In this file photo, former finance minister and presidential candidate Ashraf Ghani Ahmadzai (left) greets a supporter during an election campaign rally in Jalalabad on August 17, 2009. He came fourth, collecting less than 3 percent of votes.
KABUL: Former finance minister Ashraf Ghani yesterday launched his bid to become the next president of Afghanistan, starting the 2014 election race as the first big name to declare his candidacy.
Ghani, also a former World Bank academic, confirmed he would run in the April poll to succeed Hamid Karzai as the Nato-led coalition withdraws and officials seek a peace deal with the Taliban.
“(I) plan to contest in the upcoming presidential elections,” Ghani said on his Twitter account, in a message that was verified by a senior official in his office.
Clearing the way for his shot at power, Ghani resigned as chairman of the Transition Coordination Committee (TCC), which oversees Afghanistan’s return to full sovereignty after the US-led ousting of the Taliban regime in 2001.
Ghani came a fourth in the 2009 presidential election, collecting less than three percent of the votes, but has used his role at the TCC to travel extensively around all parts of Afghanistan and raise his profile. An acerbic character known for his quick temper, Ghani spent time at Columbia, Berkeley and Johns Hopkins universities in the US before joining the World Bank and then serving as finance minister from 2002-2004.
This year, he came second in a “world thinkers” poll by Prospect magazine, which described him as one of the “few academics (who) get the chance to put their ideas into practice”.
Ghani, born in 1949 in Logar province near Kabul, may struggle to secure enough popular support for victory. He is a Pashtun, the largest ethnic group, but is not a tribal leader and has a limited vote base. The election on April 5 is seen as the key test of progress in Afghanistan after 13 years of international military and civilian assistance. With Karzai barred from standing after serving two terms, it will be Afghanistan’s first democratic transition of power. The 2009 vote was marred by fraud and violence, and authorities face a tough challenge organising a peaceful election and ensuring a transparent vote counting process.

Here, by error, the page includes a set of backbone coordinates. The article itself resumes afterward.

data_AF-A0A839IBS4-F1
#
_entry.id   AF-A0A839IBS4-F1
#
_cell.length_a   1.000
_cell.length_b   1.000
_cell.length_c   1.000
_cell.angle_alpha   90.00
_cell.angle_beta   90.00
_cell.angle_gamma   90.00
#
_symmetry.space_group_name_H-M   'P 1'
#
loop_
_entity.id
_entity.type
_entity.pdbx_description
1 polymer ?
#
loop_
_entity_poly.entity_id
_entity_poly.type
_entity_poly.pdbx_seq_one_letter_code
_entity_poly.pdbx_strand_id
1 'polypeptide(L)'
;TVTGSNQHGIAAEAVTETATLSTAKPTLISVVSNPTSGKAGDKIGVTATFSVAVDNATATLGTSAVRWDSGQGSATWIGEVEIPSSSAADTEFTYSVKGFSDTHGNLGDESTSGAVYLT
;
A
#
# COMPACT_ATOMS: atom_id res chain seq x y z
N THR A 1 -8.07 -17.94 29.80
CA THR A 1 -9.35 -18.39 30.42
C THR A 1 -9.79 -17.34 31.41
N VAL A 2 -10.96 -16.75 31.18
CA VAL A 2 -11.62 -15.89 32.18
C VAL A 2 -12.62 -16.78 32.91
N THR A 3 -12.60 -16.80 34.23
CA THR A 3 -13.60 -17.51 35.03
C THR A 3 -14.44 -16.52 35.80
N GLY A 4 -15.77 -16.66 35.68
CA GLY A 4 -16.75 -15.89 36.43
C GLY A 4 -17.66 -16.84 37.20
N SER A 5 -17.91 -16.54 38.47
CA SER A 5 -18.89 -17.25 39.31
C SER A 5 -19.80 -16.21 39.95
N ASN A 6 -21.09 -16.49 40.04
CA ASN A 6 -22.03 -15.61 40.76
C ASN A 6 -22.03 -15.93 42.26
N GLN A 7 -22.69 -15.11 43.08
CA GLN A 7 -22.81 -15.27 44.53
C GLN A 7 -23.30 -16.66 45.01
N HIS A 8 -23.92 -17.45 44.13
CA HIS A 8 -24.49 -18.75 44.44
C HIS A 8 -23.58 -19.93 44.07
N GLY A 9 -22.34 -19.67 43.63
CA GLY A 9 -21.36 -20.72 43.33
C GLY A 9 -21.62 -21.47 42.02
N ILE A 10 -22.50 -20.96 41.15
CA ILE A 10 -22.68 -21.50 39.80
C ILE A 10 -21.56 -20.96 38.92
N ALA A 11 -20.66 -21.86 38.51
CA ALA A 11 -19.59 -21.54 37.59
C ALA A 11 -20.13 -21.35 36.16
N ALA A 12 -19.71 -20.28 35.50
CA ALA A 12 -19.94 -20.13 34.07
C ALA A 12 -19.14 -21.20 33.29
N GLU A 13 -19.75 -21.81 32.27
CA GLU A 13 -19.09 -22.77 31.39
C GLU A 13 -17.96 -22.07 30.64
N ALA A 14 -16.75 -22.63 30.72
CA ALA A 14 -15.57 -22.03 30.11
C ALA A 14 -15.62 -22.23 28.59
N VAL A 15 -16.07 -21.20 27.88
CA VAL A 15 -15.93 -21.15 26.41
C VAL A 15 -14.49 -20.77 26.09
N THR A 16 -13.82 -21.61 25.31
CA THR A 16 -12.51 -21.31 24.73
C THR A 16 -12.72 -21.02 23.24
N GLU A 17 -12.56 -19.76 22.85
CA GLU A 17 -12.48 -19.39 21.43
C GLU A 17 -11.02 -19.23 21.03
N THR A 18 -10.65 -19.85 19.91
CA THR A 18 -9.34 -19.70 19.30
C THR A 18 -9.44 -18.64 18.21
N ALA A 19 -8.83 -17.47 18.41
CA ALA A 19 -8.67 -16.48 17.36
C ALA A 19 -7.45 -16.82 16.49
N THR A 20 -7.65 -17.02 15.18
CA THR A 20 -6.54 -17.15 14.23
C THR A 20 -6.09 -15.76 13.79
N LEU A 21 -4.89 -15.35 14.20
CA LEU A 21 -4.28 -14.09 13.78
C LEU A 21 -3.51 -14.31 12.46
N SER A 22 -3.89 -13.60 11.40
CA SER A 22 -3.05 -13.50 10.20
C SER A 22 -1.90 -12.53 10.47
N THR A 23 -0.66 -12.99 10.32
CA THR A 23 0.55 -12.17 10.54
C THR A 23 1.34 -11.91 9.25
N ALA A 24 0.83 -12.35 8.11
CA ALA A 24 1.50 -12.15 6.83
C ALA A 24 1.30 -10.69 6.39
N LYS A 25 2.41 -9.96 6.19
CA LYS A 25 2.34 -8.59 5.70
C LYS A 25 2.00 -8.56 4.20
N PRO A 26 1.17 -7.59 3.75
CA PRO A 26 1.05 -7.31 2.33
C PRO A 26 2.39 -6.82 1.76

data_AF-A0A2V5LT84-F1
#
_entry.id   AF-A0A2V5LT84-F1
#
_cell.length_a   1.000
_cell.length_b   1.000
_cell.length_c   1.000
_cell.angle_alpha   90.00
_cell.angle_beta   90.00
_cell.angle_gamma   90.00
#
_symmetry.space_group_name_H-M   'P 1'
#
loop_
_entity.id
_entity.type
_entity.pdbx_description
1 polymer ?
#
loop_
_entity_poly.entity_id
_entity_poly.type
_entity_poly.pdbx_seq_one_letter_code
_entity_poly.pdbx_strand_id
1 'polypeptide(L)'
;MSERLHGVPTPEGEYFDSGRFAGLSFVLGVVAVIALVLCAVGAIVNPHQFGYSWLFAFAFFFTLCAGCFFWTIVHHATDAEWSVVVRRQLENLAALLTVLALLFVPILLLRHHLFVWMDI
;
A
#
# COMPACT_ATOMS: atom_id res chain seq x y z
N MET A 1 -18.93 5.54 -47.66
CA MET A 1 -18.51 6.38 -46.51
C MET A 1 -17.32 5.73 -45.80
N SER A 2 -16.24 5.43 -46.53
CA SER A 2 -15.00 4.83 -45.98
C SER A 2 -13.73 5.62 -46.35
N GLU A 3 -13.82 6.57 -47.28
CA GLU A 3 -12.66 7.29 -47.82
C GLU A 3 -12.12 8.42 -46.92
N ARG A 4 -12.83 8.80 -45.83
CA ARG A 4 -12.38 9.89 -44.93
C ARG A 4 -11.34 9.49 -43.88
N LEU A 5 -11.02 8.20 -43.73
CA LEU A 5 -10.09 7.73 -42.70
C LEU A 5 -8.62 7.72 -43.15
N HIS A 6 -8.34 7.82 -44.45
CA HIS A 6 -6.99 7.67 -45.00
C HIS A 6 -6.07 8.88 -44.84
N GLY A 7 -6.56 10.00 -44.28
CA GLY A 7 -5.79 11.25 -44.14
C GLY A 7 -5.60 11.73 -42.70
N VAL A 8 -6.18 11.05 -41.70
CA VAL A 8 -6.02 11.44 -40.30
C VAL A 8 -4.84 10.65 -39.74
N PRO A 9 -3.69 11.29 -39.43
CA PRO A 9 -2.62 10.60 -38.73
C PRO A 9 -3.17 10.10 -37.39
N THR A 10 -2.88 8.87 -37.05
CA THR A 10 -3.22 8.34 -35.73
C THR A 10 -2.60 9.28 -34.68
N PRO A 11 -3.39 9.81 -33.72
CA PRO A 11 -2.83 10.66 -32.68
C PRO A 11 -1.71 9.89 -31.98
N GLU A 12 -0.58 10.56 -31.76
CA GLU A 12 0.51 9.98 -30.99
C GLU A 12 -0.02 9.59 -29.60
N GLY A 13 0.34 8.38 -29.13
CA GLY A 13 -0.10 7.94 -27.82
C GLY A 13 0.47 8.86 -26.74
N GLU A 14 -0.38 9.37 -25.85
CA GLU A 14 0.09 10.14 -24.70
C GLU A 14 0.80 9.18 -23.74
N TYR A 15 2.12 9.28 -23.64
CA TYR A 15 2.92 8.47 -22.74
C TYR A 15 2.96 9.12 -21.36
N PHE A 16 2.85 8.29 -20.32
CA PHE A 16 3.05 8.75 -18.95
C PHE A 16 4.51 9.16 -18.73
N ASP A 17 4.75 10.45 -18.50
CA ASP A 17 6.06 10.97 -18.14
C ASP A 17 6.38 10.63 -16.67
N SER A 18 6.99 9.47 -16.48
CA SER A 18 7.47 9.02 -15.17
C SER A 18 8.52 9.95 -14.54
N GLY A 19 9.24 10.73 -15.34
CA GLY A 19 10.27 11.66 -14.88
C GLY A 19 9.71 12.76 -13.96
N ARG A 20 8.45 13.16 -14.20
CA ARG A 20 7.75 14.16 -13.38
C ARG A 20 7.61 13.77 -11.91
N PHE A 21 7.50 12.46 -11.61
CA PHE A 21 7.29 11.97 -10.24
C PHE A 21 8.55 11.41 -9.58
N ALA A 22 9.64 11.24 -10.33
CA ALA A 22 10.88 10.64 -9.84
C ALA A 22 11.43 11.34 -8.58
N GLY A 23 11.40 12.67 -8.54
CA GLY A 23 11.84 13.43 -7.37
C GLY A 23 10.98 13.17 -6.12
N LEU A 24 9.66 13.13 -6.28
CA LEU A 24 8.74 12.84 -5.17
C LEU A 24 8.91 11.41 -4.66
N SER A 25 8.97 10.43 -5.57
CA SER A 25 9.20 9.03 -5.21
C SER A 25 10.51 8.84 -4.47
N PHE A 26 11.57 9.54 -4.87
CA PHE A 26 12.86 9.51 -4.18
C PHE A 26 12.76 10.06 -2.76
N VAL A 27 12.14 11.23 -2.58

Karzai has vowed not to endorse any candidate and said he considers a credible election as a central part of his legacy. Backstage political manoeuvring in Kabul has reached fever pitch ahead of the October 6 deadline for nominations, though it remains unclear who else will run for president.
Abdullah Abdullah, the 2009 runner-up, is expected to put his name forward this week, while others may include Foreign Minister Zalmai Rassoul, Karzai’s brother Qayum and former warlord Abdul Rab Rasoul Sayyaf. The Taliban have vowed to step up attacks ahead of the withdrawal of Nato-led coalition forces by the end of next year, and their leader Mullah Omar has dismissed the election as “a waste of time”.
In previous elections, the Taliban called on Afghans to boycott voting, sent fighters to block roads to polling stations and targeted candidates and activists.
The US, which has 57,000 troops in Afghanistan, has plans to retain around 10,000 soldiers after 2014 if both countries sign a long-delayed security agreement.
US Defence Secretary Chuck Hagel, on a visit to see troops in South Korea, yesterday repeated Washington’s wish to see the deal by the end of October.
But Karzai has said it must first be discussed by a national jirga (assembly), and may not be signed until the next president takes office. A UN General Assembly report on Afghanistan, released earlier this month, pointed to concerns that the jirga could be used to delay the election or change the constitution.
Abdullah pulled out of the second round of the 2009 election after vote-rigging. AFP